Before there could be a revolution, there was a rebellion; before patriots, there were insurgents.
Challenging and displacing decades of received wisdom, T. H. Breen's strikingly original book explains how ordinary Americans - most of them members of farm families living in small communities - were drawn into a successful insurgency against imperial authority. This is the story of our national political origins that most Americans do not know. It is a story of rumor, charity, vengeance, and restraint. American Insurgents, American Patriots reminds us that revolutions are violent events. They provoke passion and rage, a willingness to use violence to achieve political ends, a deep sense of betrayal, and a strong religious conviction that God expects an oppressed people to defend their rights. The American Revolution was no exception.
A few celebrated figures in the Continental Congress do not make for a revolution. It requires tens of thousands of ordinary men and women willing to sacrifice, kill, and be killed. Breen not only tells the history of these ordinary Americans but, drawing upon a wealth of rarely seen documents, restores their primacy to America's road to independence. Mobilizing two years before the Declaration of Independence, American insurgents in all 13 colonies concluded that resistance to British oppression required organized violence against the state. They channeled popular rage through elected committees of safety and observation, which before 1776 were the heart of American resistance. American Insurgents, American Patriots is the stunning account of their insurgency, without which there would have been no independent republic as we know it.
©2010 T.H. Breen (P)2010 Tantor
“A provocative reinterpretation of the American Revolution as more of a grassroots movement of ordinary persons than is often presented.... This is a valuable book by a distinguished scholar.” (Publishers Weekly)
As a student that was required to read this in the summer before US History 1, I was already unhappy about reading this before I opened the cover for the first time. My cruel, cruel teacher made me read this 300 page collection of stories. I had to drag my eyes across the first 50 or so pages before I realized that this stupid and unnecessarily long book actually was astoundingly interesting.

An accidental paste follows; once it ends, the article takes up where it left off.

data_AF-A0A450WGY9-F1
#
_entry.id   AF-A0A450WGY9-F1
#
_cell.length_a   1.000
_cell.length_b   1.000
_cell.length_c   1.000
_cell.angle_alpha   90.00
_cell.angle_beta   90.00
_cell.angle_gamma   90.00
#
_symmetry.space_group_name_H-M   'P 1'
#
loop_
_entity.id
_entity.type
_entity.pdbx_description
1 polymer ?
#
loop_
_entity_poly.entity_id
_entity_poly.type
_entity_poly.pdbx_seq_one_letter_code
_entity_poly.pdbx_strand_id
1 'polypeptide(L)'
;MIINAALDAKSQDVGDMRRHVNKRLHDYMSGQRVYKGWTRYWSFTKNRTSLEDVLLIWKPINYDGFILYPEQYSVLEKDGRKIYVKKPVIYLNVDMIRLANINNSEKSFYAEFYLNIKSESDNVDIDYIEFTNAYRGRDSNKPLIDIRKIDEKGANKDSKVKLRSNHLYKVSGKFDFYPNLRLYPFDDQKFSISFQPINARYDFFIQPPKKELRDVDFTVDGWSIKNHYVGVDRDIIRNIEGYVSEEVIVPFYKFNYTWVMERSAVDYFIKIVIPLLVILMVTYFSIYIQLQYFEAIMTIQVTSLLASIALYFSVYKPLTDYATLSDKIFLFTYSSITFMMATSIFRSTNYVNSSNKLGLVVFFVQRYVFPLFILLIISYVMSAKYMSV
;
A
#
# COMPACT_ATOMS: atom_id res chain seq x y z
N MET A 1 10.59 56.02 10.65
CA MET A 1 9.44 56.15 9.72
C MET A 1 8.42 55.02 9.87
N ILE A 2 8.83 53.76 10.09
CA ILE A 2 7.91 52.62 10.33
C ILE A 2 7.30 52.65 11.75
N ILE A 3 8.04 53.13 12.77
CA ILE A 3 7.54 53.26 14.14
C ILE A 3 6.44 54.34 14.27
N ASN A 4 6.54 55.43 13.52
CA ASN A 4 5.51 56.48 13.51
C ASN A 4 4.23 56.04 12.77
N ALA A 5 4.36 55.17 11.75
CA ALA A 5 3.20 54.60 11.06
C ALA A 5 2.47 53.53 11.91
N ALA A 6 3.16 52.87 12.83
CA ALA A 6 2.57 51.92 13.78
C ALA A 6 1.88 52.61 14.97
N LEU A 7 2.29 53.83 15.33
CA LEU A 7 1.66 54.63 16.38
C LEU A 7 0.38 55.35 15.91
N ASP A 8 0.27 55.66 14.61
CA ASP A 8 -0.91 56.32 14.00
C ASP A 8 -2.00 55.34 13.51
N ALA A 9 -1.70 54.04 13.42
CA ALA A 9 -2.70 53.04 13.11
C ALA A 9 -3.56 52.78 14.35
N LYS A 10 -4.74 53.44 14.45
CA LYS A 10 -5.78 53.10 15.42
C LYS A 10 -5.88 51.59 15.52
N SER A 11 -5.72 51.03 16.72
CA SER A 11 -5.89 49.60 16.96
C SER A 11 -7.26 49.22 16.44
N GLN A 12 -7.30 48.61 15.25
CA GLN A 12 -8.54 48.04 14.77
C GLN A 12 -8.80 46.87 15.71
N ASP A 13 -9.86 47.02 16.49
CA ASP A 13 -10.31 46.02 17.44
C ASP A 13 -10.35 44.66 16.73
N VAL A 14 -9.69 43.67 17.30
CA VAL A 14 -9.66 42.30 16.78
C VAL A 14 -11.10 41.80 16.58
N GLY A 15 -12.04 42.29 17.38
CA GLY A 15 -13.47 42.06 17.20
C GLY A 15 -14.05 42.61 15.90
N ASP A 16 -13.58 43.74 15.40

To give an overview of the book:
There are ten chapters, each about 25 or more pages, that provide a timeline of the cultural, political, and ideological state of pre-American-Revolution Americans. the first two or three chapters give the reader a detailed picture of the culture values of America in early 1774 by leading the reader through the tales of two ordinary Americans and their families. The rest of the chapters show the developments and innovations in American thought, technology, and religious beliefs and how the British government responded to Americans' actions.
For me, the beginning was needlessly detailed, and a little repetitive. However, the rest of the book really captivated me. I actually had fun looking at the cause and effect that eventually led to the American Revolution.
It is important to note that this book likes to focus on the lives and actions of ordinary Americans, not the big figures in the American revolution (George Washington, Benjamin Franklin).
this book was a surprisingly fun read that I thoroughly enjoyed.
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